Greenhouse gas emissions have reached their highest levels in human history during the last decade. While emissions rates for the different gases (CO2; CH4; N2O, and others) vary, they have all trended upward. Population has continued to increase (5.3B in 1990, 7.9B in 2021) as have per-capita greenhouse emissions. The past decade’s CO2 emissions (2010-19, 410B tons) is roughly equivalent to allowable emissions from this point (2022) to 2050 to stabilize global temperature at the Paris Agreement goal of 1.5°C/2.7°F above 1750 levels.
24 countries have reduced their CO2 emissions for more than ten years at levels consistent with meeting the 2.0°C goal. However, they are minor emitters, and their total reductions are 3.2 GtC (gigatons of carbon) per year, however. The single biggest problem area for increasing greenhouse gas emissions is in consumption-based emissions in the developed (high per-capita GDP) countries. The largest increases have come in Asia and the developing Pacific region, where countries aspire to follow the economic growth pattern of the United States and Europe.
In the global aggregate, greenhouse gas emissions have increased over the last decade in all sectors, especially in industry and transportation. At the same time, the decadal average for growth in emissions for energy production decreased from 2.3% for 2000-2009 to 1.0% for 2010-2019. This is attributed to increases in plant efficiency and the global spread of renewable energy. The increase in industrial greenhouse gas output is thought to be due to rising global demand for goods and services.
Extending current energy production to the remainder of the undeveloped world would increase global emissions by 2-3%. Meanwhile, renewables development is proceeding, but only at the national or, at most, regional level, not globally. Even so, many energy transition projects, from high- to low-carbon—have begun around the world and indicate that such a transition is possible on a global scale, with sufficient will. However, it is estimated that the wealthiest 10% of the global population account for anywhere from 36-45% of greenhouse gas emissions, due to carbon-intense lifestyles (especially regarding transportation).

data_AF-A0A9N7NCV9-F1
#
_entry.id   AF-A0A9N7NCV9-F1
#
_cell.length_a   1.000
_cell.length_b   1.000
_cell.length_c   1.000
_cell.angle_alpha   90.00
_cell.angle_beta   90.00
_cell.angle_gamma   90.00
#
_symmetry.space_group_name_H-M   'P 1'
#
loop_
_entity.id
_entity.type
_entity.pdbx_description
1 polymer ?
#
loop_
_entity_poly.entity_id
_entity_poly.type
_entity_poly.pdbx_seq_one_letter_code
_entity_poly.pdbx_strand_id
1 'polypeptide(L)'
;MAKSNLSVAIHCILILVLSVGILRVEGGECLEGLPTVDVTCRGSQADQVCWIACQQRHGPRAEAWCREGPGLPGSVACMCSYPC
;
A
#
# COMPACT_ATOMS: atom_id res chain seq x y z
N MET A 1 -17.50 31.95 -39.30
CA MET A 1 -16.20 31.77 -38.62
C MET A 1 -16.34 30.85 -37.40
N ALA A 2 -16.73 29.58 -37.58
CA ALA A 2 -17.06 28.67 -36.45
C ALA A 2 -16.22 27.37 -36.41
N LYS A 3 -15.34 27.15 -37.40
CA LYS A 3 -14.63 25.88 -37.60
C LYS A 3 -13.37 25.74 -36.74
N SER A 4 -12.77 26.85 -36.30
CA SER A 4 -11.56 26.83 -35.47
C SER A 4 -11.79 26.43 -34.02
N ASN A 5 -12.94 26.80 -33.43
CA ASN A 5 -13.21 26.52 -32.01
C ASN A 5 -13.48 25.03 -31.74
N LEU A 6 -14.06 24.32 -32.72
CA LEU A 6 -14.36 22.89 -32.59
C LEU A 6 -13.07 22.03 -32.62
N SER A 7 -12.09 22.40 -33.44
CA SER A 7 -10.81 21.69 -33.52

At current decarbonization rates, the planet will miss the 1.5°C target, but carbon trading programs and other policy-based approaches do have the potential to change this. Such policies, such as carbon taxes and trade programs have already helped slow the growth of emissions. More aggressive use of those in years to come could prove pivotal in keeping global warming below 2.0°C or, ideally, the Paris Agreement goal of 1.5°C.
Tomorrow: mitigation pathways consistent with long-term goals.
Be brave, be steadfast, and be well.
This post was previously published on Dailykos.com and is republished on Medium.
You Might Also Like These From The Good Men Project
|Compliments Men Want to Hear More Often||Relationships Aren’t Easy, But They’re Worth It||The One Thing Men Want More Than Sex||..A Man’s Kiss Tells You Everything|
Join The Good Men Project as a Premium Member today.
All Premium Members get to view The Good Men Project with NO ADS.
A $50 annual membership gives you an all access pass. You can be a part of every call, group, class and community.
A $25 annual membership gives you access to one class, one Social Interest group and our online communities.
A $12 annual membership gives you access to our Friday calls with the publisher, our online community.
Register New Account
Need more info? A complete list of benefits is here.
Photo credit: iStock